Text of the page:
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Georgia-Pacific (GP)

Redwood Uprising: From One Big Union to Earth First! and the Bombing of Judi Bari (Steve Ongerth)

Introduction
Chapter 1 : An Injury to One is an Injury to All!
Chapter 2 : Pollution, Love it or Leave it!
Chapter 3 : He Could Clearcut Forests Like No Other
Chapter 4 : Maxxam’s on the Horizon
Chapter 5 : No Compromise in Defense of Mother Earth!
Chapter 6 : If Somebody Kills Themselves, Just Blame it on Earth First!
Chapter 7 : Way Up High in The Redwood Giants
Chapter 8 : Running for Our Lives
Chapter 9 : And they Spewed Out their Hatred
Chapter 10 : Fellow Workers, Meet Earth First!
Chapter 11 : I Knew Nothin’ Till I Met Judi
Chapter 12 : The Day of the Living Dead Hurwitzes
Chapter 13 : They’re Closing Down the Mill in Potter Valley
Chapter 14 : Mother Jones at the Georgia Pacific Mill
Chapter 15 : Hang Down Your Head John Campbell
Chapter 16 : I Like Spotted Owls…Fried
Chapter 17 : Logging to Infinity
Chapter 18 : The Arizona Power Lines
Chapter 19 : Aristocracy Forever
Chapter 20 : Timberlyin’
Chapter 21 : You Fucking Commie Hippies!
Chapter 22 : I am the Lorax; I speak for the Trees
Chapter 23 : Forests Forever
Chapter 24 : El Pio
Chapter 25 : Sabo Tabby vs. Killa Godzilla
Chapter 26 : They Weren’t Gonna Have No Wobbly Runnin’ Their Logging Show
Chapter 27 : Murdered by Capitalism
Chapter 28 : Letting the Cat Out of the Bag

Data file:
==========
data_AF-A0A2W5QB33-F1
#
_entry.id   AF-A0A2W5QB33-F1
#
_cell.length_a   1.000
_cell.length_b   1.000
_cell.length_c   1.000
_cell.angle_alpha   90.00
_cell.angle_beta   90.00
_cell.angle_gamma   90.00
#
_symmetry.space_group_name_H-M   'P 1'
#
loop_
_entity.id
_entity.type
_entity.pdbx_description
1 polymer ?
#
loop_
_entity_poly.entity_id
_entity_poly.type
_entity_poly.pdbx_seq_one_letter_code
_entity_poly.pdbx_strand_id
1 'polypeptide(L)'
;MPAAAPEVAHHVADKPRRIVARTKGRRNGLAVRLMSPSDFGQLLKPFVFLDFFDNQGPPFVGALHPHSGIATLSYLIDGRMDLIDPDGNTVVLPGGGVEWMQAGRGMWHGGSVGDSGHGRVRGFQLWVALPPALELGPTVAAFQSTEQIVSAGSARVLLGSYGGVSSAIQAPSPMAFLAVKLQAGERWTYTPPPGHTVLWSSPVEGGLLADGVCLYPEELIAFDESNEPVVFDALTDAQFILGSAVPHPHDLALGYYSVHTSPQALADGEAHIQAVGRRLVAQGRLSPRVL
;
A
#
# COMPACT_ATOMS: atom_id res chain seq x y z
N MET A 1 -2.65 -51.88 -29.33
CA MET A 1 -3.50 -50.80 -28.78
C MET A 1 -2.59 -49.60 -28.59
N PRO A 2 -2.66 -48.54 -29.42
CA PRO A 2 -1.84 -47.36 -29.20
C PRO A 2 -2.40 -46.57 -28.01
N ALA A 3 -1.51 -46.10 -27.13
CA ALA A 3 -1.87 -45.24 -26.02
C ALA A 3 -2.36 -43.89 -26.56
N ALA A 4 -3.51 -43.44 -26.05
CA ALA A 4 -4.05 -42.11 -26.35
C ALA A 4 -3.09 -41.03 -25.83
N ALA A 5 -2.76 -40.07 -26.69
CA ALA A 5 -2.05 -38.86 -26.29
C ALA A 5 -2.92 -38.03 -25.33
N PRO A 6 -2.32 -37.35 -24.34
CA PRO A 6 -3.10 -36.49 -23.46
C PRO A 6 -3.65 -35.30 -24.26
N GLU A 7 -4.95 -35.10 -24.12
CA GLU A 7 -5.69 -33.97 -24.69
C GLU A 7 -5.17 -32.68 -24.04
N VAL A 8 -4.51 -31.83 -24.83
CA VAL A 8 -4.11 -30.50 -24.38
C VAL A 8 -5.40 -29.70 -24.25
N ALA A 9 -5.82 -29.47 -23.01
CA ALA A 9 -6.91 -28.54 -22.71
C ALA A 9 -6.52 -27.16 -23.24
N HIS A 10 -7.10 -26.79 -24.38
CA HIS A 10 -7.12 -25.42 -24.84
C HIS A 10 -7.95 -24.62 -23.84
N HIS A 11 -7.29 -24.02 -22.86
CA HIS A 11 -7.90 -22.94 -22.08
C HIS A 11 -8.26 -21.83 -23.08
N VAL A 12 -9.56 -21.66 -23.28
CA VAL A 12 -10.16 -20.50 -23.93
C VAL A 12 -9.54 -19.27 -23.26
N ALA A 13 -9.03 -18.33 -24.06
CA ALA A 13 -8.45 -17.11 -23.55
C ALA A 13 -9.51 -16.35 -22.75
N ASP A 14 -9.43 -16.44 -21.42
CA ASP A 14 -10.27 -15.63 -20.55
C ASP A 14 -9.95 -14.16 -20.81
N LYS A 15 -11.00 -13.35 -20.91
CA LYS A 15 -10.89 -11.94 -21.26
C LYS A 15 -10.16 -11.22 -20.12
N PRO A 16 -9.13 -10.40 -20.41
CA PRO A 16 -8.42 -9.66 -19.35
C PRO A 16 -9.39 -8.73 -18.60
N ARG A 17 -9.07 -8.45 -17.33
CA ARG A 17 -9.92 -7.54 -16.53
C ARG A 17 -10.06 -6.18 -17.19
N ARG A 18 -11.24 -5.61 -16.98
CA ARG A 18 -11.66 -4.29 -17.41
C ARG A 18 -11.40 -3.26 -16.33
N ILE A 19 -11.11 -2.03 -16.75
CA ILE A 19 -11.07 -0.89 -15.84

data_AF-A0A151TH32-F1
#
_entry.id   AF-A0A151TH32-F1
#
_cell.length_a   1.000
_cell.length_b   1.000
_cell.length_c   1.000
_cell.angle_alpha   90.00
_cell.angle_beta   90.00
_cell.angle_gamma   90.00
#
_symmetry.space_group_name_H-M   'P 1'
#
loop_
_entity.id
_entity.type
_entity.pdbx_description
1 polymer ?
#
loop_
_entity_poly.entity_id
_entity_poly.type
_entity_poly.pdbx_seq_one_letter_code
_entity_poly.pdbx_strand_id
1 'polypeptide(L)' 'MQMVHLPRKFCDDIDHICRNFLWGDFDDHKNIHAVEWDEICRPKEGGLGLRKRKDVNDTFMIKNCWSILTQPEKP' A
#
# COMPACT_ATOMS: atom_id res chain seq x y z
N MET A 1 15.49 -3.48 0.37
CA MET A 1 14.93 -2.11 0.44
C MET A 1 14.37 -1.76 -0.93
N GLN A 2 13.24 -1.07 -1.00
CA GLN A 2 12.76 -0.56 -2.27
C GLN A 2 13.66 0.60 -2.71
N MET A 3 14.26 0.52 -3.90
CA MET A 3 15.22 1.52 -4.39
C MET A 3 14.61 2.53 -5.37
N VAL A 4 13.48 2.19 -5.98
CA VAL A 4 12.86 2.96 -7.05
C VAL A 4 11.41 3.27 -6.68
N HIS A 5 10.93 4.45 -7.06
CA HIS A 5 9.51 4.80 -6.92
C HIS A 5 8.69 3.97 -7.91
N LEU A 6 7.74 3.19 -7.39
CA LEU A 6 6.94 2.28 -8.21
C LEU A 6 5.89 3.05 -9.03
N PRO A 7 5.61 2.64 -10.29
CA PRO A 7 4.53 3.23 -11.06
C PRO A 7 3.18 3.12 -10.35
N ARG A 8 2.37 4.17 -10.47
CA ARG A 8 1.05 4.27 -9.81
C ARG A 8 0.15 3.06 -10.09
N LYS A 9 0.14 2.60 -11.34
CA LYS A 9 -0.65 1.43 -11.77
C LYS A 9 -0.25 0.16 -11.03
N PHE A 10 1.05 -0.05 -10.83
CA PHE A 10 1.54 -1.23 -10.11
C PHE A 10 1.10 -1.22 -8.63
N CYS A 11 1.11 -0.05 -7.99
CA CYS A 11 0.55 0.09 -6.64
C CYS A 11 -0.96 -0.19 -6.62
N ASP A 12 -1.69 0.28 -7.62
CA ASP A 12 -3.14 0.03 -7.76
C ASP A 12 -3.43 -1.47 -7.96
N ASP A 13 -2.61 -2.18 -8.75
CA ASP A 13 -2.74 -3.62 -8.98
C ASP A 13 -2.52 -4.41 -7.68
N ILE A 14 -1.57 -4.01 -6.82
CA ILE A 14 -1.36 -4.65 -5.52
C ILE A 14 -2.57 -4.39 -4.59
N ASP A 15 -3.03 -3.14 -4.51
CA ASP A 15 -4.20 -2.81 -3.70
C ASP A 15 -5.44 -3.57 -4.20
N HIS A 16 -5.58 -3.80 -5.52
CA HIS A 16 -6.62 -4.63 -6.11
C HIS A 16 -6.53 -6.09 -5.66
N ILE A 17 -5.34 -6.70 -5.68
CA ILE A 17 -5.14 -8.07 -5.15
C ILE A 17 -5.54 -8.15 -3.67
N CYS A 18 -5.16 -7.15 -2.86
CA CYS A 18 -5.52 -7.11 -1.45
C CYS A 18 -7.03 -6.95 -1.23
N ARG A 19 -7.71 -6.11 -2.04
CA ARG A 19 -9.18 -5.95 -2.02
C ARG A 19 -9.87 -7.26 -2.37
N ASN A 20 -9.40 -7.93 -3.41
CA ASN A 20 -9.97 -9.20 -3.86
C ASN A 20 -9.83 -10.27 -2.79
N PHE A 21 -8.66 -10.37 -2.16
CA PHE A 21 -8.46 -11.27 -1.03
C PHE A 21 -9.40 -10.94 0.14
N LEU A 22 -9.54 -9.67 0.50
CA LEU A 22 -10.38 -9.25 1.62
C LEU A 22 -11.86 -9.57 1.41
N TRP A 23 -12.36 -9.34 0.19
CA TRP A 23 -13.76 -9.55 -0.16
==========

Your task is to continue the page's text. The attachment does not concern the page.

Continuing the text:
Chapter 29 : Swimmin’ Cross the Rio Grande
Chapter 30 : She Called for Redwood Summer
Chapter 31 : Spike a Tree for Jesus
Chapter 32 : Now They Have These Public Hearings…
Chapter 33 : The Ghosts of Mississippi Will be Watchin’
Chapter 34 : We’ll Have an Earth Night Action
Chapter 35 : “You Brought it On Yourself, Judi”
Chapter 36 : A Pipe Bomb Went Rippin’ Through Her Womb
Chapter 37 : Who Bombed Judi Bari?
Chapter 38 : Conclusion

This entire book and all of its chapters are also available for viewing at judibari.info.

Eco Wobblies: Revolutionary Ecology and the Development of Earth First!-IWW Local #1

By Michael Gonzales - dissertation - May 19, 2017

Environmental historians have shown that the development of the modern environmental movement has been marked by a perceived tension between the interests and attitudes of workers and those of environmental activists. This paper details an important exception to that trend. In late 1989 members of the radical environmental group Earth First! joined with lumber workers in Northern California to form Earth First!-IWW Local #1.

In the words of Local #1 leader Judi Bari, this labor union acted as a “bridge between environmentalists and timber workers.” This essay examines the factors that brought workers and environmental activists together in this short-lived experiment in what some have termed “green syndicalism.” This essay utilizes archival documentary evidence and the accounts of movement activists to demonstrate a more complex relationship between Earth First! and the IWW (and between labor and environmentalism in general), with deeper historical roots than has been previously understood In doing so, this essay challenges the assumptions of the environment versus labor dichotomy and suggests the potential for solidarity and cooperation between environmentalists and workers.